Much has been made of Twins fans booing Joe Mauer at Target Field this year. Personally, I'm not offended by it. It's how some invested fans choose to express their disappointment and frustration. They paid for the tickets that help pay the players' enormous salaries, so those in attendance should be free to voice their displeasure with what's happening. In this case, it's not totally unjustified.

Not that I myself would ever boo Mauer. There have been ball players in this game's long history who have been deserving of booing – scumbags, entitled pricks and racists among them – but No. 7 is not (at least to my knowledge) any of those things.

He's a very handsomely paid athlete who is not currently providing the value that the Twins hoped for and expected when they inked him to a $184 million contract extension three years ago. I doubt it's his fault.

It's not like Mauer isn't trying, which is why the booing strikes me as odd. By all accounts, he worked out like a maniac during the offseason, desperate to distance himself from the nightmare season that was 2011. But I do wonder if it's a little too late, and the years of punishment behind the plate have fundamentally weakened him as a hitter.

After grounding out three times on Wednesday, Mauer is now hitting .270/.391/.365 on the campaign. That's far from embarrassing, but it's also quite similar to the .287/.360/.368 line he finished with last year, when he admitted he never felt right all season. Last year Mauer totaled three home runs and 15 doubles in 333 plate appearances. This year, at his current pace, he'll have 16 doubles and two homers when he reaches that PA mark. That's a real lack of power, and it stems from an increasingly extreme ground ball rate.

His approach at the plate has been excellent. He's striking out at a measly 9.3 percent clip (ninth-lowest in the majors) and he's on pace to draw more than 100 walks. Yet when he puts the ball in play, he rarely does so with authority. His 58.7 percent grounder rate eclipses last year's 55.4, which was at the time a career high.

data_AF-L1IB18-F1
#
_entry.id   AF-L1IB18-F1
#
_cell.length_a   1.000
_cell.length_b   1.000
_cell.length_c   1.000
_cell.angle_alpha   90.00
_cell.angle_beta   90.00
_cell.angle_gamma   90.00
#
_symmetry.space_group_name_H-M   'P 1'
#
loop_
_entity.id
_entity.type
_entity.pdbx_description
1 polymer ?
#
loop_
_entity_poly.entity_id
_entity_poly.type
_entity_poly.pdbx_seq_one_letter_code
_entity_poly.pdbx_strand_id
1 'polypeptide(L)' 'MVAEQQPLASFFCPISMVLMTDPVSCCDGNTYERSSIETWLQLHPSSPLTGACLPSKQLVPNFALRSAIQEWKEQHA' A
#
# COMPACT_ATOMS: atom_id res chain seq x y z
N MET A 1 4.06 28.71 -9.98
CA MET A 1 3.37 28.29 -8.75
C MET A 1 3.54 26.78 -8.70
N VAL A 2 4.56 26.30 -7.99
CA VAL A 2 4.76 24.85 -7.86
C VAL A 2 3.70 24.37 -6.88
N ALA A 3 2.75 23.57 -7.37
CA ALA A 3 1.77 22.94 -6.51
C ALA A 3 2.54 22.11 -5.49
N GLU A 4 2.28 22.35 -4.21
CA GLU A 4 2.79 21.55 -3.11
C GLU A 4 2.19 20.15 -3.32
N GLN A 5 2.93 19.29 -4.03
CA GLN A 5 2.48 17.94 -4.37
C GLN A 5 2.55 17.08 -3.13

He's still a great, professional hitter, but when I see him now I just don't see signs of the the dominant player who in 2009 hit .365 with 28 homers. I don't even see the guy who in 2010 hit .327 with 43 doubles. It was some hybrid of those models that the Twins hoped they'd be getting at least in the early years of his contract, but right now Mauer appears headed toward rather quickly becoming a first baseman and No. 2 hitter who takes great at-bats and gets on base a ton but doesn't hit for much power or run well.

That's not a $23 million franchise centerpiece. It's Doug Mientkiewicz. And that's why the people boo.

But Mauer is out there on the field every day, trying to get things figured out, so you won't hear me joining the chorus. Catching for many years takes a toll, even on the most pristine of athletes. I wrote an article last year framed around one of my favorite quotes from Johnny Bench: "A catcher and his body are like an outlaw and his horse. He's got to ride that nag till it drops."

Bench was one of many backstops who have either retired early, switched positions or seen their production wane rapidly with age. I'll name another example – one with parallels to Mauer that cannot be ignored: Jason Kendall.

Kendall spent the first nine years of his career in Pittsburgh, serving as a full-time catcher and hitting .306/.387/.418 while averaging eight home runs. In 2005, at age 30, he was traded to the Oakland A's, and over the next six years he would hit .260/.333/.318 while hitting eight home runs total.

Kendall retired at age 36, which will be Mauer's age when his contract with the Twins is up.